Now that The Wall Street Journal has added some weight and validity to the “iPhone mini” argument, we’re beginning to hear more about what such a device could cost to the consumer. This, coupled with previous Apple moves, has convinced me that we’ve already seen a prototype of the iPhone mini and it currently goes by the name iPod nano.
Here is my thinking …
This price point, which is said to be part of the discussion Apple is currently having with U.S. wireless carriers, sounds about right. Naturally, the far more important question is what $99/$149 will actually buy the customer.
Apple’s iPhone strategy
Let us assume for the sake of this discussion that The Wall Street Journal and Bloomberg are correct in their reporting. In other words, the question now is no longer if Apple will release a less expensive iPhone, but rather when this will happen, and what the device will include.
In releasing a less expensive iPhone, Apple would have to also draw a distinct line between it and the company’s more traditional (and expensive) flagship model. This would mean that the iPhone mini would not only cost less, but also include less features.
I would expect, for example, that the more traditional iPhone 5S would include near field communication (NFC) capabilities, and also a stronger form factor. However, I would also hope that the smaller smartphone would come with a less robust version of iOS 7. Apple would also bring down the cost of the iPhone mini by making it less expensive to produce.
But I don’t think that this would mean the end of Apple’s strategy of keeping previous iPhone models around at lower prices. In other words, Apple’s 2013 lineup would still include the iPhone 5, and also a heavily discounted iPhone 4S.
The iPod touch won’t be affected by the iPhone mini
Whenever I try to explain the iPod touch to a would-be buyer, I suggest that Apple’s top of the line iPod is an iPhone without the monthly fees. After all, VoIP and a Wi-Fi connection makes an iPod touch a true communication device.
However, I would never suggest that someone buy the iPod touch solely to avoid monthly data and voice charges. Rather, the iPod touch’s biggest selling point is that it allows its owners to take full advantage of Apple’s iTunes ecosystem, including the App Store and iBookstore.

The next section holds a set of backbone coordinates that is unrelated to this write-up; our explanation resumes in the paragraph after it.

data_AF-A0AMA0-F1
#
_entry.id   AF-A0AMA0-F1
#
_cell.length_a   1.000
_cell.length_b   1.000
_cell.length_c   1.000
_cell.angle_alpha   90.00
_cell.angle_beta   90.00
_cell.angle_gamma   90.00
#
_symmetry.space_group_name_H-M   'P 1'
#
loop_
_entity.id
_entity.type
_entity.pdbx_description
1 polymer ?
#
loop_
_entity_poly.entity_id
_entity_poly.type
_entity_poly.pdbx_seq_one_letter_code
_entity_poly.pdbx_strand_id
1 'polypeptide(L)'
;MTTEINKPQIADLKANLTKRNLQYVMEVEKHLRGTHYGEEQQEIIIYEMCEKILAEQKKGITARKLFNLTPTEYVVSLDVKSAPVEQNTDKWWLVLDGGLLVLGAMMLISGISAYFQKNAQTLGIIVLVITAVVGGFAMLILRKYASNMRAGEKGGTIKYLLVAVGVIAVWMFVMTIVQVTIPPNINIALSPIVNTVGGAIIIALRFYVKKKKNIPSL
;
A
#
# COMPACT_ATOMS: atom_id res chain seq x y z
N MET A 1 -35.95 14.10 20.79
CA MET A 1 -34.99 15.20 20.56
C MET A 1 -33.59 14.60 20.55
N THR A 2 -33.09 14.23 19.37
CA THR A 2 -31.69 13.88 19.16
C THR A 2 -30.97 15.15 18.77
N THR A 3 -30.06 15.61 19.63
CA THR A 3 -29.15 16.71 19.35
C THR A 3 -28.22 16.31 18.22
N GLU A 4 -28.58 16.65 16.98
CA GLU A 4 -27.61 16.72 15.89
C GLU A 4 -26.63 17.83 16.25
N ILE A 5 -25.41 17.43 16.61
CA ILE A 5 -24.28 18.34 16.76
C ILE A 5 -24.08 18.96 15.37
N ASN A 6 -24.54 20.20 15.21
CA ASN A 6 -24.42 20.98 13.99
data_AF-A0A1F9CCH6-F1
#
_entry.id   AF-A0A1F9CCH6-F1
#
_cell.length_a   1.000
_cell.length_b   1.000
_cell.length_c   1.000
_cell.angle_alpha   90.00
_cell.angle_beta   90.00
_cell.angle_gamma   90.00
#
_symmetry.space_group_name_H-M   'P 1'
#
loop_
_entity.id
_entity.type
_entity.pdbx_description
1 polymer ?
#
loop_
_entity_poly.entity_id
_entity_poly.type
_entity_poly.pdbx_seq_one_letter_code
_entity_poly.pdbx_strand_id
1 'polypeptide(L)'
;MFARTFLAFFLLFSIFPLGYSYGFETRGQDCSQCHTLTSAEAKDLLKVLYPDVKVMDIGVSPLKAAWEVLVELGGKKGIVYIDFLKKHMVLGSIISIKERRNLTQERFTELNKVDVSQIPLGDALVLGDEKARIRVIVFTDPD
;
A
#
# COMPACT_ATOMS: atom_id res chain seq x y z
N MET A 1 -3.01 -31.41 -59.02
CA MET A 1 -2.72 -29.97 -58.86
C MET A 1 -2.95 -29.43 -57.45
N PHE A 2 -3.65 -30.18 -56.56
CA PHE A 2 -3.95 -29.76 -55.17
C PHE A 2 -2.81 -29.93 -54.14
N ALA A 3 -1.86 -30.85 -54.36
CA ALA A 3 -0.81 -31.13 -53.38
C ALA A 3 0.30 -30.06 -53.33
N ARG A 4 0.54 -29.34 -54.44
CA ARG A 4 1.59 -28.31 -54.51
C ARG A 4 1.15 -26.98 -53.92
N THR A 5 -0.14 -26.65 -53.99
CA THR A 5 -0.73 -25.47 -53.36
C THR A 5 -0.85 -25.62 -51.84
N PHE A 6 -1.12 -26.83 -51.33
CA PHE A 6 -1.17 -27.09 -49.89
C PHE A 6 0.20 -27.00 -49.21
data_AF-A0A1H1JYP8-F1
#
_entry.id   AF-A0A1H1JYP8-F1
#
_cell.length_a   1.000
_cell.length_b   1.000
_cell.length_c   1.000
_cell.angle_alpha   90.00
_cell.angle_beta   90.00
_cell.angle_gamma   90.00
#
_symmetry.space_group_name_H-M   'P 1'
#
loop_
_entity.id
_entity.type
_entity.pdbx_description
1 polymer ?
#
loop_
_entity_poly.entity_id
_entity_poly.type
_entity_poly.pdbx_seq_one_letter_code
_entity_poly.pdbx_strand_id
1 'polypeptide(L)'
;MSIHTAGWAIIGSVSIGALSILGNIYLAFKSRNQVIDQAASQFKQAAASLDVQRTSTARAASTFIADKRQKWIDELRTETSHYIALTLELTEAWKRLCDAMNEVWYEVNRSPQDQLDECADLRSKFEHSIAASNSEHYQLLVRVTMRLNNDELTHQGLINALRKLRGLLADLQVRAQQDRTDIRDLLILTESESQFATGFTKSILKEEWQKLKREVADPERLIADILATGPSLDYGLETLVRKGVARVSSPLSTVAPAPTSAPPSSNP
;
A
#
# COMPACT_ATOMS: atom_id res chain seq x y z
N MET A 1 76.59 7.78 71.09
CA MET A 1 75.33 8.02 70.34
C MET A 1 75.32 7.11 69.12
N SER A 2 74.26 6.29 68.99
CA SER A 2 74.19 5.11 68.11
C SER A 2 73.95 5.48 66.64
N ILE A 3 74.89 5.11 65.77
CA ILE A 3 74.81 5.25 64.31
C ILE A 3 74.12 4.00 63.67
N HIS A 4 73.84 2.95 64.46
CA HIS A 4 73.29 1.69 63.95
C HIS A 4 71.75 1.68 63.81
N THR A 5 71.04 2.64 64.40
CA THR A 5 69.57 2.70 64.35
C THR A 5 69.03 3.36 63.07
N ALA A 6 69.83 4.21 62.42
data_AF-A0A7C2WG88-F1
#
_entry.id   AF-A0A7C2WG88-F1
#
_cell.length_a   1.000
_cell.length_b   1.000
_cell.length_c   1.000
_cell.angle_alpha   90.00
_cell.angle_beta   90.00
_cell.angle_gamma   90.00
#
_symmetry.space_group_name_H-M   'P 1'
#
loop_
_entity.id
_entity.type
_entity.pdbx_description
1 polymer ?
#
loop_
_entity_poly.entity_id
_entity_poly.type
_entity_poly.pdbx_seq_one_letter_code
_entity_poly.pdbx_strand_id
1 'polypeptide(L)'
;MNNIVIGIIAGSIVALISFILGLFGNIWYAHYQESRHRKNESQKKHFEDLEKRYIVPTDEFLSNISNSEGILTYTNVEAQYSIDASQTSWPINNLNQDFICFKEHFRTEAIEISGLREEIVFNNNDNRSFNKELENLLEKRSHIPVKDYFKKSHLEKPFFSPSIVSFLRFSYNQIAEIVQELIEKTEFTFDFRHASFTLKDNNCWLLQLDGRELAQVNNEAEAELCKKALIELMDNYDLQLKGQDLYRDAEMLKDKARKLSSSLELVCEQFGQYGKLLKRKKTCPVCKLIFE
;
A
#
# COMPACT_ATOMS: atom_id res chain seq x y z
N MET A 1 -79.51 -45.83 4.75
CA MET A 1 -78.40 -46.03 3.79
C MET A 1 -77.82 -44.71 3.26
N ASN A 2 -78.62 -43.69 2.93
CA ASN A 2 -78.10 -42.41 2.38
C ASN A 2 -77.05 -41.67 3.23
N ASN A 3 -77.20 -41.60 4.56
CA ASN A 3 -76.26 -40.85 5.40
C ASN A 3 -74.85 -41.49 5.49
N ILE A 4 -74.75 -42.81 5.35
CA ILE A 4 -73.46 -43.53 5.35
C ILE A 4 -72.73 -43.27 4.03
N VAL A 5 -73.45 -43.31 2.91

Besides, at its current $299/$399 selling price point, no one will mistake the iPod touch for a less expensive iPhone mini.
Apple’s head fake
The seventh-generation iPod nano, in my opinion, represents a total head fake on the part of Apple. Prior to this version, the iPod nano was square in design and the thinking went that eventually Apple would use it to make an iWatch. I believe that this will still happen, as recent rumors have suggested. As such, I’d expect the eighth-generation iPod nano to once again take on a square form factor.
I suggest to you that the current iPod nano is actually a test version of the upcoming iPhone mini. As such, it doesn’t contain iOS or the resources to communicate with the App Store. Instead, the iPod nano includes only an FM Radio and the ability for users to download songs when connected to a Mac or PC, plus other stripped down features.
Therefore, I expect that the iPhone mini will look very much like the current iPod nano, and include its many limitations. In other words, the iPhone mini will include no workable version of iOS 7, no App Store, and clearly be different than Apple’s flagship smartphone. This way, Apple will have a less expensive phone for the developer world (and for new phone buyers), while at the same time, not upsetting its target iPhone buyers.
Now it is your turn. Is my reasoning sound or not?